My father is on a ton of medications for his heart, lungs and circulation. Part of this sentence of endless pill popping is his own fault for not taking better care of his health or listening to the doctor when he was told to stop eating so much red meat, ice cream, potato chips and candy. But 25 percent of his prescriptions were actually his doctors’ faults. I say “were,” because I discontinued them. Yep, me, the RN, said “you’re not taking these.”
After a month-and-a-half of my dad being in and out of the hospital, I was steaming. The one doctor that I talked to a couple times was condescending and never put my father on a monitored floor when he was admitted. With my father’s heart history, I knew that was a bad call and would catch up with him quickly. How exactly do you put a patient with an extensive cardiac history on new meds and see what those new meds do to the heart rhythm, which is already irregular, without putting the patient on a monitored floor? Jackass. I tried to put my foot down, but my parents both said “the doctor knows what he’s doing.” Uh huh. Okay. Don’t call me too early in the morning when you’ve called the ambulance — I’ve got coffee in hand about nine.
So yes, this practice caught up with my dad, twice, with irregular heart rhythms that made him so dizzy that he collapsed and with a hand so swollen from side effects that my mother was worried the skin would burst. After two ER visits, with the squad called (yes, early in the morning before 9), I took a bunch of my medical reference books and the tablet to my parents’ home and spent more than two hours going over every prescription in my father’s daily regime. I’m still shocked at the ineptitude of his physicians in prescribing meds that fucked up his heart medications’ effectiveness.
It’s been a month and he is walking better, is in far less pain, has no dizziness or irregular heart rhythms that he didn’t already have, and his vascular doctor said the circulation in his legs is much improved. The hell you say.Thank you, garlic. Yes, I took him off drugs and a couple of vitamins and replaced them with herbs. The vitamins weren’t awful, they were just too high in potency and were part of the reason he was in pain…. that Vitamin B6 is a temperamental thing and can cause joint pain in high doses.
Had I not done the medication review, he might have died. Two of his newer prescriptions were counteracting the effectiveness of his heart meds. It’s no wonder he ended up on the floor. Had I not done the vitamin review, he may have been put on more medications to manage his pain. He didn’t need more of anything. He needed less. Patients don’t usually know that a medication review MUST be done anytime that a new medication is prescribed. If a patient has more than one prescription, the possible interactions and side effects MUST be checked frequently because side effects can occur at any time as a drug builds up in the body. A medication review can be done by any nurse, but is best done by one who also knows and understands vitamins, herbs and nutrition. Why spend money on medications when you can eat some celery? (That’s effective for inflammation and arthritis, by the way.)
I saw the title of the article below and almost spit coffee on my screen. What nurse isn’t a MacGyver nurse?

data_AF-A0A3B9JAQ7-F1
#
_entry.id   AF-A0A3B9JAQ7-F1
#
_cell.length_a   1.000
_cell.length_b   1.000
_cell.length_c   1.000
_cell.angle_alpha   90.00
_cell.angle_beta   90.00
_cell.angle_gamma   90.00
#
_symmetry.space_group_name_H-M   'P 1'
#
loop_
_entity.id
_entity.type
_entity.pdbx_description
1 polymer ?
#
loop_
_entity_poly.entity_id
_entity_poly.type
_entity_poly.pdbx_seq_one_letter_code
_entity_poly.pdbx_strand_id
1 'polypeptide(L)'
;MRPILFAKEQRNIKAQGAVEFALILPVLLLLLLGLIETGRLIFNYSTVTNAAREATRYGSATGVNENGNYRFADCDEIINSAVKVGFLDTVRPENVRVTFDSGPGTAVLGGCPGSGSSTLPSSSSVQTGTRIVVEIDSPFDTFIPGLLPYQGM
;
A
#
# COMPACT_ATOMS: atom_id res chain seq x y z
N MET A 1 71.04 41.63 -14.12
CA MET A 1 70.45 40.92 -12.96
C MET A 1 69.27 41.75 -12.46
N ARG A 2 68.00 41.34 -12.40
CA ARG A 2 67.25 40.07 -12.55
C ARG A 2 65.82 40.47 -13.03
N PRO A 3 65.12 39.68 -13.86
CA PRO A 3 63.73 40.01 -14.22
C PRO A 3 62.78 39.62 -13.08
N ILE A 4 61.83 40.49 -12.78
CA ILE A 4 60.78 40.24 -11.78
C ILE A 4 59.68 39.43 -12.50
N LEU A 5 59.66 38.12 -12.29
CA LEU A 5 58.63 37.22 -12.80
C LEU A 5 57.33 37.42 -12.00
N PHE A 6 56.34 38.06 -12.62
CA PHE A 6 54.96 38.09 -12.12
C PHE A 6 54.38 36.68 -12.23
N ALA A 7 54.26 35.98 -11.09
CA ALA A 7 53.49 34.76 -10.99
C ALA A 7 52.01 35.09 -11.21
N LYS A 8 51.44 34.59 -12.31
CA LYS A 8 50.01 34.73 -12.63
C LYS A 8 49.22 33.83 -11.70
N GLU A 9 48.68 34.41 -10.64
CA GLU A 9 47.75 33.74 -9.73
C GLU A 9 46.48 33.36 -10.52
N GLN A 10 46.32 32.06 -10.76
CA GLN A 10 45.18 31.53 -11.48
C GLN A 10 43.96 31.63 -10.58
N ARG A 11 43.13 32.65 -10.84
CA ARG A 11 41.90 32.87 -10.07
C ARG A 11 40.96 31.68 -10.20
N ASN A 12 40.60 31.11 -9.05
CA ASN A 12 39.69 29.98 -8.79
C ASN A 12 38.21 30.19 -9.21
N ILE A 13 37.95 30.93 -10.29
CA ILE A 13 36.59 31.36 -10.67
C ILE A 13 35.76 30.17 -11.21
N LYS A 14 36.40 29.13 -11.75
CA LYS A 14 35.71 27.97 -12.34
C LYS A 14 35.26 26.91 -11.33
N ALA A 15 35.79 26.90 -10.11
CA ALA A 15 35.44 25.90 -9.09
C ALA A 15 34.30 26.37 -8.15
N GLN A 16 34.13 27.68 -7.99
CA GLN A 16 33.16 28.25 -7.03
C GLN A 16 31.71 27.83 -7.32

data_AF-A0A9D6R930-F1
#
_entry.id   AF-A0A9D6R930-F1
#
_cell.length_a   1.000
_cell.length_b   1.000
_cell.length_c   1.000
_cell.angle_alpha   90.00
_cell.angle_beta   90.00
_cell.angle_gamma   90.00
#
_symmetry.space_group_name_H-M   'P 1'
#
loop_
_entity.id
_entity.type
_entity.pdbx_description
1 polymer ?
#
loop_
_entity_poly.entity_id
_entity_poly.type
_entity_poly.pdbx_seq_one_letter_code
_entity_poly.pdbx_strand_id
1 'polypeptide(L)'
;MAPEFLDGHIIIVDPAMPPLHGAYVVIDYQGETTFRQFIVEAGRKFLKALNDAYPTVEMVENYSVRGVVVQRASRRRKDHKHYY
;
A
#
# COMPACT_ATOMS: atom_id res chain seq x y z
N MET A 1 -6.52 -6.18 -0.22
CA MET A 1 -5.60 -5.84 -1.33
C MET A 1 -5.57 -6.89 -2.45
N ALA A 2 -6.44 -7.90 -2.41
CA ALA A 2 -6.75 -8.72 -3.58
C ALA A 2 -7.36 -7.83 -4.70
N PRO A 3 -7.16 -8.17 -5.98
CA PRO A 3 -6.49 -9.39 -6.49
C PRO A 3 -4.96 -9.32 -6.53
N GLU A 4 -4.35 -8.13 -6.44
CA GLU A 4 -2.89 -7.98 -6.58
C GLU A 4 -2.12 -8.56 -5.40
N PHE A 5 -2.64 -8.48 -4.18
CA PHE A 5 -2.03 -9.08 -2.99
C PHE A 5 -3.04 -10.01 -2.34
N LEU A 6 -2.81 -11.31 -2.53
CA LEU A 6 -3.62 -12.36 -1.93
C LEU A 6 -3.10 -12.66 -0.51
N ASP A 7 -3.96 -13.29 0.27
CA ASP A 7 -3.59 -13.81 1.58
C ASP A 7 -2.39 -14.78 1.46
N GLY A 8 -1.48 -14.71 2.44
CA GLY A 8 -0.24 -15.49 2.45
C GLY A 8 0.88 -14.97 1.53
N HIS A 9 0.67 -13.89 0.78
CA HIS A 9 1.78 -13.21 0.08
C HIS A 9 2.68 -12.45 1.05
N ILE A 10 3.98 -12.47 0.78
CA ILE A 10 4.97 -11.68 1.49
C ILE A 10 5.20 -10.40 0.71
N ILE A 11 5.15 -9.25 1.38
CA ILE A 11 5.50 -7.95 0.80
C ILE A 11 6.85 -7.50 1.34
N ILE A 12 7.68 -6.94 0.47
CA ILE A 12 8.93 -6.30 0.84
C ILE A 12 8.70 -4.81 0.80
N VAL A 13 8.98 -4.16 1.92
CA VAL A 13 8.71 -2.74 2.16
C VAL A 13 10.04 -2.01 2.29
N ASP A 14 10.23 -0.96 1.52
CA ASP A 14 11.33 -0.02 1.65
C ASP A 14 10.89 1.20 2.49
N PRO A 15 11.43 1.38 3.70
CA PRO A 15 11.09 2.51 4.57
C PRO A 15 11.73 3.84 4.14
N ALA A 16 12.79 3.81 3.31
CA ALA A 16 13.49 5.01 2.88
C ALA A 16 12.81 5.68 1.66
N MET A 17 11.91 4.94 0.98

I worked the night shift for years and let me tell you, you come up with some pretty inventive workarounds when you can’t get the supplies you need or the person with the key to the shortage area, who is also unfamiliar with the shortage area, can’t find the thing you need, but you know damn well, it’s in stock, but you’re “not allowed back there!”
I know the article is about slightly more technical workarounds, but I can’t tell you how many times I thought, “if I only had a glue gun or some duct tape I could build what I need.” Nurses are nothing, if not inventive. Pill cups and urinals get used for a lot more than simply their intended purposes. 😉
I know it’s been awhile. I took time out to get involved in local theatre, see lots of productions, get my daughter on track to visit colleges, start my graduate degree application and generally just learn to relax a bit more.
Now that that’s handled, it’s time to be mean again. Well, I’ll ease into it anyway… I’m still all relaxed and mellow from a nice summer. But don’t expect it to last, my lovelies!
Let’s start with EXERCISE. Do you hate the word as much as I do? Yeah, probably. That’s why I keep a pedal thingy under my desk, so I’m always working without realizing it. BUT, if you don’t have one of those thingys, you can still walk.
When Christmas decorations start showing up in the stores, it’s time to get proactive about those holidays pounds that will surely creep up on you because God only knows that next month begins the feasting, and the easiest workout to keep the pounds off is walking. You’ve been doing it all your life, so you’re already an expert. Think of it that way.
YOU ALREADY HAVE MAD SKILLS WHEN IT COMES TO THIS!!!
It’s also the least expensive workout you can do, and the following links teach you how to do it better.
I like the easy, breezy tone, of this first one, and I’ll be incorporating some of the ideas into my walking routine.
For this next one, I’ve done the walking/jogging backwards thing and even the side gallops – note, start slowly with the side gallops until your feet get comfortable with the movement. But, this video take treadmill walking to a whole new level and it_is_awesome!
Bookmark this site to watch on your phone or tablet the next time you’re at the gym! http://www.huffingtonpost.com/2013/10/08/treadmill-whole-body_n_4039718.html?utm_hp_ref=healthy-living
You’re going to be walking later today anyway, or even in a minute or two…. so take a longer one. Add a few minutes to it. See? You’re already working out.